I have suffered from AP since being a small boy. At about the age of 26 I found this community and, after going on a beginners workshop, and continuing to practse, I went from never ever being able to pee in a urinal, to having pissed in some of the conditions in the top levels of my hierarchy. For me, the key to it is knowledge. Knowing in what circumstances you are able to go and if a miss-fire happens being able to evaluate why it occurred.
A great benefit to me was to learn about a trick that goes against your general thought patterns. I have found that the stronger my urge to pee, the more likely I am to be able to go. So, if I think I won't be able to go in a certain situation when I need to, I might actually drink more to make the urge stronger. Counter-intuitive and I appreciate it might not work for everyone but it did for me.
Anyhow, I am now 30 and armed with my understanding of my hierarchy I am much more confident about peeing in public and although I have far from a loose and easy opening bladder, I know how to pee in just about any set of circumstances.
Until recently when a new and unforeseen challenge arose- the girlfriends dad. I don't know if it's the authority thing, or the pressure to impress or what, but it made my bladder go all shy again and has knocked my confidence a lot. My girlfriend and I live together in a small flat in London and he came to stay for a week. Knowing that he could hear me in he bathroom through the day has caused me a great deal of lock up and all of my knowledge seemed to be absent. So i decided to come back on this website and once again I'm in a better place for after having read some of the posts by other people who have made good progress, it has triggered my recollection of the most important thing to remember and that is: it doesn't matter!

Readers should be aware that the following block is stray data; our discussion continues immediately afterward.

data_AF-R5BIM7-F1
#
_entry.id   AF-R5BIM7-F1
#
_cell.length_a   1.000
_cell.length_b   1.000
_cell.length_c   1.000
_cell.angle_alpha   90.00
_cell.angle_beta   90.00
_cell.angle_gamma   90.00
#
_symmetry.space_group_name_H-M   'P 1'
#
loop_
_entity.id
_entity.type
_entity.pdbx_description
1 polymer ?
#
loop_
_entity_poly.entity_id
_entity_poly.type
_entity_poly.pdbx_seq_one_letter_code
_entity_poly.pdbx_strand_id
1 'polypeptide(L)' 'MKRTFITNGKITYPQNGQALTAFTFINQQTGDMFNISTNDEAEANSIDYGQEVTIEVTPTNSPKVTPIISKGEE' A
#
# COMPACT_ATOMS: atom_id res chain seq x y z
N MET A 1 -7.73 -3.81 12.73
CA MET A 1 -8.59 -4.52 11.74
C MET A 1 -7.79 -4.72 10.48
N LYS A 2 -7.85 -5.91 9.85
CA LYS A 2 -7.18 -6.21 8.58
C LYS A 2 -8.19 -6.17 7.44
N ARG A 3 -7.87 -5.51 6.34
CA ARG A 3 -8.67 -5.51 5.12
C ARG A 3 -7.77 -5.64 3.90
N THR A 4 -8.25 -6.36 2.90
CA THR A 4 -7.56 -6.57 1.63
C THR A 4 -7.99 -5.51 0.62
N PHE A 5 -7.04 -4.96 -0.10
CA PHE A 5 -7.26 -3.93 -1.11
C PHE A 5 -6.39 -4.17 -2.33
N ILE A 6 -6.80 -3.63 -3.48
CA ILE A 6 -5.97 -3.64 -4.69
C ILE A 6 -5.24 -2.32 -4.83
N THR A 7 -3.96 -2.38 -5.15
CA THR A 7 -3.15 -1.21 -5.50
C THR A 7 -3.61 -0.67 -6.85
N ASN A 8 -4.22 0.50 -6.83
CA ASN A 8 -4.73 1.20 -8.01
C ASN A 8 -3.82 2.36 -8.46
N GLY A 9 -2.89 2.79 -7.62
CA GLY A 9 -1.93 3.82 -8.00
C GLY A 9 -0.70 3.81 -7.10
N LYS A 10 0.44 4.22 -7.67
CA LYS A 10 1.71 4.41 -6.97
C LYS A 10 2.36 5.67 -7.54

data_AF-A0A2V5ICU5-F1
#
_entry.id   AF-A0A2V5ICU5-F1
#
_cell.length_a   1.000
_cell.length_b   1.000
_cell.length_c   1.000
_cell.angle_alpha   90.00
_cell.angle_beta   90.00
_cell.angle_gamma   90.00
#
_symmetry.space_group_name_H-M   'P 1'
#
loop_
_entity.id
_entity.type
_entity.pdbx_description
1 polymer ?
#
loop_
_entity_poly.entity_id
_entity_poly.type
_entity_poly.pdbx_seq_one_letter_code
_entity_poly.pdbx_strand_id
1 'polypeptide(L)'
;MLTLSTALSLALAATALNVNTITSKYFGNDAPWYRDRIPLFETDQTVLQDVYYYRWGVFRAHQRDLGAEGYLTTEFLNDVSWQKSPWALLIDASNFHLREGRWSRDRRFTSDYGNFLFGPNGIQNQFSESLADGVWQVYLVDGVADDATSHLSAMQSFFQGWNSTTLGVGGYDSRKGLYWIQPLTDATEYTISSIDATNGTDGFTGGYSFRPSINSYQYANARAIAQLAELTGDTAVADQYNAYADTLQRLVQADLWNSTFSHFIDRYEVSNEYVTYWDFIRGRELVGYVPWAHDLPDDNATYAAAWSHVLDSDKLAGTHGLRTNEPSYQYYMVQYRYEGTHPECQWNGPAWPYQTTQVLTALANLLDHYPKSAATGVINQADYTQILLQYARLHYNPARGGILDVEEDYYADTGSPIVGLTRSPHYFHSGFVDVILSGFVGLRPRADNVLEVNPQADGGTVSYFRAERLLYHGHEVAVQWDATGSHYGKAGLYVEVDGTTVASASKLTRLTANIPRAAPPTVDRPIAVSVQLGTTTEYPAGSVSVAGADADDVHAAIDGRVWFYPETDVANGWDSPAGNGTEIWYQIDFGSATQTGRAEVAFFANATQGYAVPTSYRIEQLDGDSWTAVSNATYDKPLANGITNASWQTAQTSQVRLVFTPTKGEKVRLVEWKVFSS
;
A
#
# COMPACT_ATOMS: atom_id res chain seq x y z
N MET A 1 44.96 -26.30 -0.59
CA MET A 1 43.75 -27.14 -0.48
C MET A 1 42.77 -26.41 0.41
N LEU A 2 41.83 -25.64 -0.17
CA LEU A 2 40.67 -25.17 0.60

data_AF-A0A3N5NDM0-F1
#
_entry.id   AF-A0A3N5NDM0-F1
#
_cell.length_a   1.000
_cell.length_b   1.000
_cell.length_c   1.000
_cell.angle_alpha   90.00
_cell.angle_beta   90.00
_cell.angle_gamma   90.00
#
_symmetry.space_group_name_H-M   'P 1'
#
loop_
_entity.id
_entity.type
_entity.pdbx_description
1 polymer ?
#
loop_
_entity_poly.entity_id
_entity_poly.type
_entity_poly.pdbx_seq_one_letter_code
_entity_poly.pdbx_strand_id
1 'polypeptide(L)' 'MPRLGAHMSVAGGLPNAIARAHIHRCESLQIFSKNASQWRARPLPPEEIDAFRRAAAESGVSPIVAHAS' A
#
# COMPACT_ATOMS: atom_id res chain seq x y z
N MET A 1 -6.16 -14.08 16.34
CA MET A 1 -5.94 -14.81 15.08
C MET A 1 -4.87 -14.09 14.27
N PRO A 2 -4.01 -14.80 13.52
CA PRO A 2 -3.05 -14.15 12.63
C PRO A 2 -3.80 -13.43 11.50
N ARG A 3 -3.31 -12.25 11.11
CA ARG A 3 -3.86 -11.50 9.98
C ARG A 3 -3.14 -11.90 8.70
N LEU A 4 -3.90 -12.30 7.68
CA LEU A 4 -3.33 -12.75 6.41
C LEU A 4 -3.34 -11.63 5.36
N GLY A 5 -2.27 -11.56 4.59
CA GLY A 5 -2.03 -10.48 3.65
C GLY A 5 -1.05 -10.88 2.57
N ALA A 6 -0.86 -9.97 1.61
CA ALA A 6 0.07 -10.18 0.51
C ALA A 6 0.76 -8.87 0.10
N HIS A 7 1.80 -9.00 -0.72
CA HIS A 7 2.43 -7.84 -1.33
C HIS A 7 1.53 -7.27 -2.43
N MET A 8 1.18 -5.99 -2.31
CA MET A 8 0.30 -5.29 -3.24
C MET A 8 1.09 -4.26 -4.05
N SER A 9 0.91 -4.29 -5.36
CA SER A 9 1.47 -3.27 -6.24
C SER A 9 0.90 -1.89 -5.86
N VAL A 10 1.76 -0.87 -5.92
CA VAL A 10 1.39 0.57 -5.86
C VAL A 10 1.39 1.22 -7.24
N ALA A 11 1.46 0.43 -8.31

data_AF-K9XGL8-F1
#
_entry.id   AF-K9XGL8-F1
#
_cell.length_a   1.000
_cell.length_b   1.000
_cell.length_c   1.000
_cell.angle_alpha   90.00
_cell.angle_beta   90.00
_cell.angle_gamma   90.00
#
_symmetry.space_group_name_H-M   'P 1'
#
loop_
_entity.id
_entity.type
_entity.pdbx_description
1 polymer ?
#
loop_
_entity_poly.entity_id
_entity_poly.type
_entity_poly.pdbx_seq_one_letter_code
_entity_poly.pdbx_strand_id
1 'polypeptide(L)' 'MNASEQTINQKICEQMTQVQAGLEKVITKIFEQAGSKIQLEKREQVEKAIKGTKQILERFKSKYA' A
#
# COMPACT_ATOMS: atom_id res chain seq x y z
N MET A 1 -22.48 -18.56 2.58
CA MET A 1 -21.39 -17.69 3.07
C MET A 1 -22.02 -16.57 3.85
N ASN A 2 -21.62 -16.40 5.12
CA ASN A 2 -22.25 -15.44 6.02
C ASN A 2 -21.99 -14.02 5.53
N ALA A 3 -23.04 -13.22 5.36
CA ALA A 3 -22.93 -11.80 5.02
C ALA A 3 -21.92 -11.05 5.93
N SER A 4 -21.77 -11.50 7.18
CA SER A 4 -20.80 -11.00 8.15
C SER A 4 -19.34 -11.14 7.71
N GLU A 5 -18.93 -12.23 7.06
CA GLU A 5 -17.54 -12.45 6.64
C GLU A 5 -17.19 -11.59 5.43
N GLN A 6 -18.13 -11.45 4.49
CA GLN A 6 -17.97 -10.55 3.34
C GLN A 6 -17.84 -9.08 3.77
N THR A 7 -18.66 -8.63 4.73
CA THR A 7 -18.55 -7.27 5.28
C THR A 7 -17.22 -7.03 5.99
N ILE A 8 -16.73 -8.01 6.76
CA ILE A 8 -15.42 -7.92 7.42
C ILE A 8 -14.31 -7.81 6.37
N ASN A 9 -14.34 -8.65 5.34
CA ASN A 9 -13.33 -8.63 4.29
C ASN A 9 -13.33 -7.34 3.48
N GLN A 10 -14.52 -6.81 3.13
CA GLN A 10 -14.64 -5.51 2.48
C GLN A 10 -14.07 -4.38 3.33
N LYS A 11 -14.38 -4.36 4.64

I think I will continue to struggle to pee when in a quiet flat when he is around but I won't care. I'll just stand over the toilet until I pee. It might take a minute or maybe even more but it doesn't matter. It just doesn't matter. I have got a huge amount of proof about this. This is part of the knowledge you get once you start to pee in public and can see things from 'the other side'. I've stood next to people who have not been able to pee, they didn't occupy my thoughts for a second. I've stood next to a urinal where three or more people have come and gone while I waited for my flow. No-one cares at all.
Knowing that no-one cares is not going to cure AP but it helps you feel better. All the friends I have told about it don't think any less of me (I had not told anyone before the beginners course). Some of them have even told me I how insignificant my problem was.. Often enough by giving examples of the problems they or their friends have that are really terrible.
So I wanted to write this post for 2 reasons: the first because I know back in the day I would have really been pleased to hear a story about how someone with my problem (even existed) has found that they can find many ways to make it far less of a concern, and secondly to try and get people to really believe that other people knowing that you have this problem is no big deal at all in terms of the way they think of you.